Mobitex has by far the lowest infrastructure costs per user in the wireless industry. Investing in a wireless data network is nonetheless a major decision that must be considered carefully. This section describes key factors that shape a successful investment strategy.
In most countries, separate frequency and operator licenses are required. A frequency license allows radio equipment to be used within a certain frequency range, which for Mobitex may be 400 Mhz, 800 MHz or 900 MHz. Available frequencies may vary, but in countries with GSM networks the 900 MHz band is normally allocated for GSM. Because radio spectrum is a scarce resource, frequency licenses are generally expensive. Mobitex, however, is extremely spectrum-efficient and requires only a minimum of 20 duplex channels of 12.5 kHz each, hence 250 kHz for the up- and downlinks, respectively.
Operator licenses vary depending on how the network will be used. A private Mobitex operator uses the network for an internal application, such as dispatching and vehicle location for transport companies, or automatic meter reading of a certain utility. In cases like these, the operator and the user are one and the same, and usage is not subject to tariff-based charging. A public operator, on the other hand, sells airtime and/or applications to the general public according to established tariffs, which may be subject to government regulation.
It is essential to identify which applications are needed for the wireless data communications. There may be potential for a wide variety of applications, but achieving a return on a network investment requires quickly feeding the network with real users who generate traffic and revenues.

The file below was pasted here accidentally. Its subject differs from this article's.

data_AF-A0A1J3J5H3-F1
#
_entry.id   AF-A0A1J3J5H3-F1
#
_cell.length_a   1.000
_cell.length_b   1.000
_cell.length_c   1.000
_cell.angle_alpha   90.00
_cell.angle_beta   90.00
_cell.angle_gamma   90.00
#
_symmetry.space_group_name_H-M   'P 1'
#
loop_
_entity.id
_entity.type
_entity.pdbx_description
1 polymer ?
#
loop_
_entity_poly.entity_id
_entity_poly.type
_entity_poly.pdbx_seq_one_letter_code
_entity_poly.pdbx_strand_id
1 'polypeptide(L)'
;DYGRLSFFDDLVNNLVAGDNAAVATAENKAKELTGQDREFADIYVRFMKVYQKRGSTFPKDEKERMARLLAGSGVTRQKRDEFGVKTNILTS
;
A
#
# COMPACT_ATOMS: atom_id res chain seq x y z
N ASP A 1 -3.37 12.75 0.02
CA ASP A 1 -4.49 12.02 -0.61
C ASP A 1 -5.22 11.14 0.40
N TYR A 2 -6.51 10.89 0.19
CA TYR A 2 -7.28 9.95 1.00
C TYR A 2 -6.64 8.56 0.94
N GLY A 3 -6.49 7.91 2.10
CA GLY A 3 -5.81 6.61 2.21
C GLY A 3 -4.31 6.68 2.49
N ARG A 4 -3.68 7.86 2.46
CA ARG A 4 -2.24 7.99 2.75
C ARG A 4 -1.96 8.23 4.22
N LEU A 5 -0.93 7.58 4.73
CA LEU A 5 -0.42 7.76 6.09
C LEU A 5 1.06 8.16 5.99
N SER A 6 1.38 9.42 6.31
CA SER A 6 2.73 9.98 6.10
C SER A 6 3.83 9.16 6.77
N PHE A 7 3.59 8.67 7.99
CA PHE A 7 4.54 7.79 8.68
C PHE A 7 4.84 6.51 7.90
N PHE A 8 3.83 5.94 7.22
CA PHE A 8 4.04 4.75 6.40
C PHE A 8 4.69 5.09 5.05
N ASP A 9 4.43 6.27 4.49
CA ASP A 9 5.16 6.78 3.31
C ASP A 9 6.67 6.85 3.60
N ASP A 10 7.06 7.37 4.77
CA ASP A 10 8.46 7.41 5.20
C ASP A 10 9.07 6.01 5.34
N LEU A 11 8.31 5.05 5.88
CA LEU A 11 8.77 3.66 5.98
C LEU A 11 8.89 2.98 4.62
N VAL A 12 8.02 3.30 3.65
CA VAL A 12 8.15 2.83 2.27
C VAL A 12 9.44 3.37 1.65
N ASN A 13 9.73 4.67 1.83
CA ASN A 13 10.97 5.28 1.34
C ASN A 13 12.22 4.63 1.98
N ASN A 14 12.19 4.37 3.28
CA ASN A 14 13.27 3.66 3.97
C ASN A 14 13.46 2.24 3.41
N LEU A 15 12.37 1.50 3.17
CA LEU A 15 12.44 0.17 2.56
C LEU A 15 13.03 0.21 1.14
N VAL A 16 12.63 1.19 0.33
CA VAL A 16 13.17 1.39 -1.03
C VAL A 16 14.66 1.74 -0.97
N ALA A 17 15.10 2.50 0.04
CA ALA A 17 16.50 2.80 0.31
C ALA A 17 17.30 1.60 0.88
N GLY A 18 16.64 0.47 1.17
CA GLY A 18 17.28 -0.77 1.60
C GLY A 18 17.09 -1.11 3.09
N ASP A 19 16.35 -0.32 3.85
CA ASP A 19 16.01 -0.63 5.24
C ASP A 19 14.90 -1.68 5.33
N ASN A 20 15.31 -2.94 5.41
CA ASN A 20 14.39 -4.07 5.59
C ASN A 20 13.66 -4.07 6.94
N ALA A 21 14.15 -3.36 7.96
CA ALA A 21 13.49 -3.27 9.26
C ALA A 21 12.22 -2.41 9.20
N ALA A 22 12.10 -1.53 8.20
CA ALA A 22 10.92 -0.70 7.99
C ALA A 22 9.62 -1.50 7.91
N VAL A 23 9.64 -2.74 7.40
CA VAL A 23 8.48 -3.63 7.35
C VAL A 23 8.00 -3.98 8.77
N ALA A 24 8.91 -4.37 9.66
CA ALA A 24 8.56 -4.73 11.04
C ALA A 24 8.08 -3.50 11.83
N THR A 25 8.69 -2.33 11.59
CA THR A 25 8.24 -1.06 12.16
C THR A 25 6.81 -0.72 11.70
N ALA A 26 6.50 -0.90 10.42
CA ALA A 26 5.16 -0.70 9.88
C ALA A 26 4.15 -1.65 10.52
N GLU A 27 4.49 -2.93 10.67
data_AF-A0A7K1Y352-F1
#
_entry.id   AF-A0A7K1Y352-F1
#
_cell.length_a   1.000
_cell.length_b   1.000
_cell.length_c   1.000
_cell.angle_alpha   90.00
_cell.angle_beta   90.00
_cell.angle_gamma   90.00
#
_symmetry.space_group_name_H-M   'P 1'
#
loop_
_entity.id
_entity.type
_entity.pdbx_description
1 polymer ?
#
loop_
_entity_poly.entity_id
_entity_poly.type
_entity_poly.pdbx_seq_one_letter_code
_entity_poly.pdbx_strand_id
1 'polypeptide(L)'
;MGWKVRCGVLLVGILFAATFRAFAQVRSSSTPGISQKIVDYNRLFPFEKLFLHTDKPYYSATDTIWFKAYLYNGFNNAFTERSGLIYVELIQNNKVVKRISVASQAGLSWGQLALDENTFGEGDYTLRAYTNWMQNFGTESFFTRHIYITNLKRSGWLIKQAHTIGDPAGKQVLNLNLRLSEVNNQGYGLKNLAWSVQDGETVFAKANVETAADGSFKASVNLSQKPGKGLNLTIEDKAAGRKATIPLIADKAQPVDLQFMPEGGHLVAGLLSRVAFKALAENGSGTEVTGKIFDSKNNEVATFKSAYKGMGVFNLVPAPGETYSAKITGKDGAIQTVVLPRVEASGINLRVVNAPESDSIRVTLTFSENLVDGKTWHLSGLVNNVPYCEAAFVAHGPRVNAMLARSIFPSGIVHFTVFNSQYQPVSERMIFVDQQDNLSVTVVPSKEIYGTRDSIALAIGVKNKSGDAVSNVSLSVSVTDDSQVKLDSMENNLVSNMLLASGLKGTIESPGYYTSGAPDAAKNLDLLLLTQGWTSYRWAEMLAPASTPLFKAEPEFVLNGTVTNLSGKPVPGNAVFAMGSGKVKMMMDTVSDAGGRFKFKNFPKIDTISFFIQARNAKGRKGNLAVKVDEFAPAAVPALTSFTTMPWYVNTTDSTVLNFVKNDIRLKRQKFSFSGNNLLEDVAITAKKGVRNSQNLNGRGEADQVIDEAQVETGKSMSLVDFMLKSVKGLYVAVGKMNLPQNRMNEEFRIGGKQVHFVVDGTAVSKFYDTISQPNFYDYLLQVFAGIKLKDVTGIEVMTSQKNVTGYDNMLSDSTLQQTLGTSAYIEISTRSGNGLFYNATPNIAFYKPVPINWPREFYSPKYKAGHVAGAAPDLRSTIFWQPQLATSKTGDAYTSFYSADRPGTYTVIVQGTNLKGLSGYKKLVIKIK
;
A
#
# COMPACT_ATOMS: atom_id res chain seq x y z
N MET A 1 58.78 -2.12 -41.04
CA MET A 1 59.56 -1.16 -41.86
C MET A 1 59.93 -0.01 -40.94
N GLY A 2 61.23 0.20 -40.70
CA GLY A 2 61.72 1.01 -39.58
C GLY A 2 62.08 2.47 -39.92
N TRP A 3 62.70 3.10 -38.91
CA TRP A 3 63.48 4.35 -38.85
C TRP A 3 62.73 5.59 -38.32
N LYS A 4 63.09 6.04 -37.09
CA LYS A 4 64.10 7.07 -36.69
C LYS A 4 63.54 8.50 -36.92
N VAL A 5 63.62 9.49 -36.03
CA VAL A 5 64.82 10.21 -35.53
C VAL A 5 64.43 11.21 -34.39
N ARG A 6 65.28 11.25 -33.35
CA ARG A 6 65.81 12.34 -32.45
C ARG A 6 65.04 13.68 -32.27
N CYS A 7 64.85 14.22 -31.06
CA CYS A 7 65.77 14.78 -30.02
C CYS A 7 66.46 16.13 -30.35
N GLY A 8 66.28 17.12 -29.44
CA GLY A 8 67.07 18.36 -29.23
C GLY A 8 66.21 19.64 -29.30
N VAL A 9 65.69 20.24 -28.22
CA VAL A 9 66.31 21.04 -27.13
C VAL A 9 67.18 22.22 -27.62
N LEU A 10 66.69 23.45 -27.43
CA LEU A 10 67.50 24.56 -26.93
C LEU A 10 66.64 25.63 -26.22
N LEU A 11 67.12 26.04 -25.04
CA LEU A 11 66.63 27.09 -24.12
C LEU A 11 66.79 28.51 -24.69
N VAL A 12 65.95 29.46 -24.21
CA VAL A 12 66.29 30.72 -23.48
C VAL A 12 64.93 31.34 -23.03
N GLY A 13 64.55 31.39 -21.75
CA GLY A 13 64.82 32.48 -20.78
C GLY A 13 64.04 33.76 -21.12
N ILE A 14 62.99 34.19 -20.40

In many cases, a single application for a large number of users can provide sufficient justification for a network investment. First, however, all requirements must be identified: What data is to be transferred? How frequently? Is data generated automatically or manually? What type of terminal would be appropriate?
In order to estimate the costs for obtaining licenses, building the network, taking it into service and marketing the services, a business case must be established. These costs should be balanced against projected revenues and/or savings.
Wireless data is a growing market, but growth is not automatic. Users will not flock to the network simply because it is there. Many business cases tend to underestimate the costs and overestimate the projected revenues.
Potential hardware and software suppliers must be identified. These suppliers often become the network operator's most important partners and are a key success factor since most end customers want end-to-end solutions and turnkey applications that can only be provided by partnering with hardware and software suppliers and systems integrators. Mobitex Technology can assist in this process by searching the vast number of suppliers active in different Mobitex markets around the world.
Compiling as much data as possible about the potential market will significantly increase the chances for success and a quick return on investment. The marketing plan should be based on facts and detailed information on specific user groups. The data obtained should be used to revise and refine the business case. It is also important to realize that sales cycles, particularly for vertical applications for specific sectors, may be lengthy and that it may be advisable to find partners as well as approach potential customers even before an investment decision has been made.